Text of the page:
The symptoms of a panic attack and a heart attack can be very similar, making it difficult to tell the difference.
Having a heart attack also can cause someone to panic, which may make the situation more confusing. If someone thinks they may be having a heart attack, they should seek emergency medical attention.
Symptoms of a panic attack can include:
- sharp pain in the chest
- tingling in the hands
- shortness of breath
- racing heart
A panic attack can happen alone or as a symptom of panic disorder. Every year, about 2–3% of people in the United States experience panic disorder, and more will experience a panic attack without having panic disorder. To learn more about the links between a panic attack and panic disorder, see our decidated article here.
Every year, about
- chest pain
- shortness of breath
While the symptoms of these two conditions overlap, knowing how to tell the difference can be lifesaving.
Knowing the difference between a panic attack and a heart attack can be difficult, especially if a person has never experienced the symptoms of either before.
A person can distinguish between the two conditions by weighing several factors, including:
Characteristics of the pain
Although chest pain is common to both a panic attack and a heart attack, the characteristics of the pain often differ.
During a panic attack, chest pain is usually sharp or stabbing and localized in the middle of the chest.
Chest pain from a heart attack may resemble pressure or a squeezing sensation.
Chest pain that occurs due to a heart attack may also start in the center of the chest, but can then radiate from the chest to the arm, jaw, or shoulder blades.
The onset of symptoms may also help a person determine if they are having a panic attack or heart attack.
Although both conditions can develop suddenly and without warning, some heart attacks come on due to physical exertion, such as climbing the stairs.
The duration of symptoms might also help distinguish between a heart attack and a panic attack.
Most panic attacks are over in several minutes, though they can last longer.
During a heart attack, symptoms tend to last longer and get worse over time. For example, chest pain may be mild at the onset of a heart attack but become severe after several minutes.
A panic attack will not cause a heart attack. A blockage in one or more of the blood vessels to the heart, which leads to an interruption of vital blood flow, causes a heart attack.
Panic attacks can occur as isolated events or as part of an anxiety disorder.
HRV is the time between each heartbeat. The autonomic nervous system controls the heart rate. The heart rate is meant to vary throughout the day, depending on a person’s activities and emotions.
A high HRV indicates that a person’s heart rate shifts efficiently throughout the day, based on what they are doing. It is also a sign that their autonomic nervous system is working well.
A low HRV means a person’s heart does not switch gears as efficiently. Some studies associate a low HRV with an increased risk of heart disease.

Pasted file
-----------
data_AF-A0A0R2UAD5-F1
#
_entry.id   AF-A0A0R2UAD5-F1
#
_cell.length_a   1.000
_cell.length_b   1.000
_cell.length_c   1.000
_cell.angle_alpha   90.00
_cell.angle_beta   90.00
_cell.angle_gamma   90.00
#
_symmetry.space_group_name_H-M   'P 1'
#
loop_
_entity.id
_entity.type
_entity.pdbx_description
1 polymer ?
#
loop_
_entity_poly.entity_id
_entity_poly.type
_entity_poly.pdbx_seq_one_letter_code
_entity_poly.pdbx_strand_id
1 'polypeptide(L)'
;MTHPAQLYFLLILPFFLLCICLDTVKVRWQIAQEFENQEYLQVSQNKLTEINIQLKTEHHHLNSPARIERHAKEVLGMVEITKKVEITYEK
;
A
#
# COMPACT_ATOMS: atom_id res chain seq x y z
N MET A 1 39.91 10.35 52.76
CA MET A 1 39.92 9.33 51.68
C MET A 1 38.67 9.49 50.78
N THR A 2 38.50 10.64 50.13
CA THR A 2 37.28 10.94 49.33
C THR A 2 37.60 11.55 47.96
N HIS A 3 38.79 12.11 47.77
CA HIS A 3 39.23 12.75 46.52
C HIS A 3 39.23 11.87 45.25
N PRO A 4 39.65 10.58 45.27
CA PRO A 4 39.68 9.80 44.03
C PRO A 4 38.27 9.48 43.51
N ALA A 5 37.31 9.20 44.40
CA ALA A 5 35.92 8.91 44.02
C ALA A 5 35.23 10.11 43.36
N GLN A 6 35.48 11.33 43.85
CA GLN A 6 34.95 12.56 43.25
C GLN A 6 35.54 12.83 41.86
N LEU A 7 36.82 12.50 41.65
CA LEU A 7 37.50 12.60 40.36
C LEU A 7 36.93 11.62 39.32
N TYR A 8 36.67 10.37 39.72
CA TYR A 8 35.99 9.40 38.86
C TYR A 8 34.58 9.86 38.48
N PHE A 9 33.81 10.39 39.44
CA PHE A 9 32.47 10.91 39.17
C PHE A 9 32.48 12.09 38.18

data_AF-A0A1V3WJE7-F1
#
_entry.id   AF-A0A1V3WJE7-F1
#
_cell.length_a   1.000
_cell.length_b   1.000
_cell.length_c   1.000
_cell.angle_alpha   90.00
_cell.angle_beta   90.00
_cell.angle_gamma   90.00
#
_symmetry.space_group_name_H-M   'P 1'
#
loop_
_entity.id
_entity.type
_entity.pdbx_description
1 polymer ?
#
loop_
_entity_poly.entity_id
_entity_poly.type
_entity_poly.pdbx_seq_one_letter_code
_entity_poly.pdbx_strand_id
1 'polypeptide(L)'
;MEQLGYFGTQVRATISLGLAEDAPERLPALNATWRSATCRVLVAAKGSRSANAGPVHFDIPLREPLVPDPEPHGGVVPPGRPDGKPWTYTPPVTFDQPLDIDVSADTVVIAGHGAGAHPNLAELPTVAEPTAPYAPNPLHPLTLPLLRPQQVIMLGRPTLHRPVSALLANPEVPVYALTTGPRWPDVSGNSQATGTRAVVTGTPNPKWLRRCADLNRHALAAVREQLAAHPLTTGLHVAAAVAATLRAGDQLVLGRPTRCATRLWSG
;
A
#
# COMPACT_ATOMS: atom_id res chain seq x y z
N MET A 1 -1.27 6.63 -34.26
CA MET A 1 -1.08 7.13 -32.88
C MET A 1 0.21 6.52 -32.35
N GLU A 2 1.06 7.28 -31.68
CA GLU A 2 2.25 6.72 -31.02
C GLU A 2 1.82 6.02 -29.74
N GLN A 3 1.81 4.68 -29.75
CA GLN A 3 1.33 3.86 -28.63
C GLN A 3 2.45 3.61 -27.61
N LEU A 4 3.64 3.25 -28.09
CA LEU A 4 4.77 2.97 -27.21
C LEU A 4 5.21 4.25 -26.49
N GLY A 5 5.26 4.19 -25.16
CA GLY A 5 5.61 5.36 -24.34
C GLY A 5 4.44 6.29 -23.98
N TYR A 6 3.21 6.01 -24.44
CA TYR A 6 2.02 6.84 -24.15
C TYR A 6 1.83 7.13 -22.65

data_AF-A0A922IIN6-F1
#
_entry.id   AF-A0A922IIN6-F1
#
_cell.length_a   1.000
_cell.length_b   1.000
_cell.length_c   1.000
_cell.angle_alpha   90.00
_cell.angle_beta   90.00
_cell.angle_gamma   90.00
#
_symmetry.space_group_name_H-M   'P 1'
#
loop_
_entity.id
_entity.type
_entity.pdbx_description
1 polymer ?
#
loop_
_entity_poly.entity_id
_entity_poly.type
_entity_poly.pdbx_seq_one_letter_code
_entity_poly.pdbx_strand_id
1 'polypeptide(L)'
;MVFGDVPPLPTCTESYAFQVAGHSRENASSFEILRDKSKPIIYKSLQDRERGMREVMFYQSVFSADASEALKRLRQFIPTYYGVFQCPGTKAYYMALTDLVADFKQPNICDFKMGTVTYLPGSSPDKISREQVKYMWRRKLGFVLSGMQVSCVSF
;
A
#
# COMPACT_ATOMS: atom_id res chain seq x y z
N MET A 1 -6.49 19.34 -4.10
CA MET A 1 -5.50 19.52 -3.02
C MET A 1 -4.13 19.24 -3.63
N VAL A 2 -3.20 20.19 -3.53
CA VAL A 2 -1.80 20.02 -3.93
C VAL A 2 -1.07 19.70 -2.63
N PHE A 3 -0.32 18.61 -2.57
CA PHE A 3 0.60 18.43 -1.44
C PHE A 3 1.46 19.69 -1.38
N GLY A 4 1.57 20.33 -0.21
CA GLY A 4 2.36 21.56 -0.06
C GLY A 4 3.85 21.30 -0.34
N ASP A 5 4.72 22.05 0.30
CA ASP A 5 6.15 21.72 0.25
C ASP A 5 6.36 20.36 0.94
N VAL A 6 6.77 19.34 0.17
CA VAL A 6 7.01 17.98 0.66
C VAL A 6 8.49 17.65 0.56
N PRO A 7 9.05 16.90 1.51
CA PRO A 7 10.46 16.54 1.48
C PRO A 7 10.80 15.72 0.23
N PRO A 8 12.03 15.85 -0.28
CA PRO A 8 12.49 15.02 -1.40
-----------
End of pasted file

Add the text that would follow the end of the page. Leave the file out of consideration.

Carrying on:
In the researchers’ analysis of studies looking at HRV in people who were diagnosed with various types of anxiety disorder, including panic disorder, the results indicated the participants had a lower HRV than those without an anxiety disorder.
It is crucial to understand that having a panic attack does not mean someone will have a heart attack. A person with panic disorder may experience repeated panic attacks, but more research is needed to determine if having panic disorder increases the risk of developing heart disease.
As the symptoms of panic attacks and heart attacks are similar, it is always best to seek immediate medical attention when in doubt.
It is vital to seek emergency medical treatment if any of the following symptoms develop:
- sudden, severe chest pain
- pressure in the chest lasting more than 2 or 3 minutes
- chest pain radiating down the arm or into the jaw
According to the Woman’s Heart Foundation, doctors sometimes mistake symptoms of heart disease for panic attacks in females. Medical tests, such as an electrocardiogram (ECG) and blood tests, can help a doctor make an accurate diagnosis.
Anyone who believes they may be having a heart attack should seek prompt treatment. If it is a heart attack, treatment will improve their chance of a good outlook and full recovery. If it is not a heart attack the person may benefit from treatment for anxiety.
The outlook will vary, depending on whether a person has experienced a heart attack or a panic attack.
Although a panic attack may feel very uncomfortable, it is not life-threatening. People should still seek appropriate treatment for panic attacks, which can interfere with their quality of life.
A doctor can help treat anxiety and panic attacks with various techniques, including lifestyle modifications, medication, and counseling.
In some cases, a heart attack can be life-threatening. Following a heart attack, a person will also need to take steps to manage the underlying heart disease.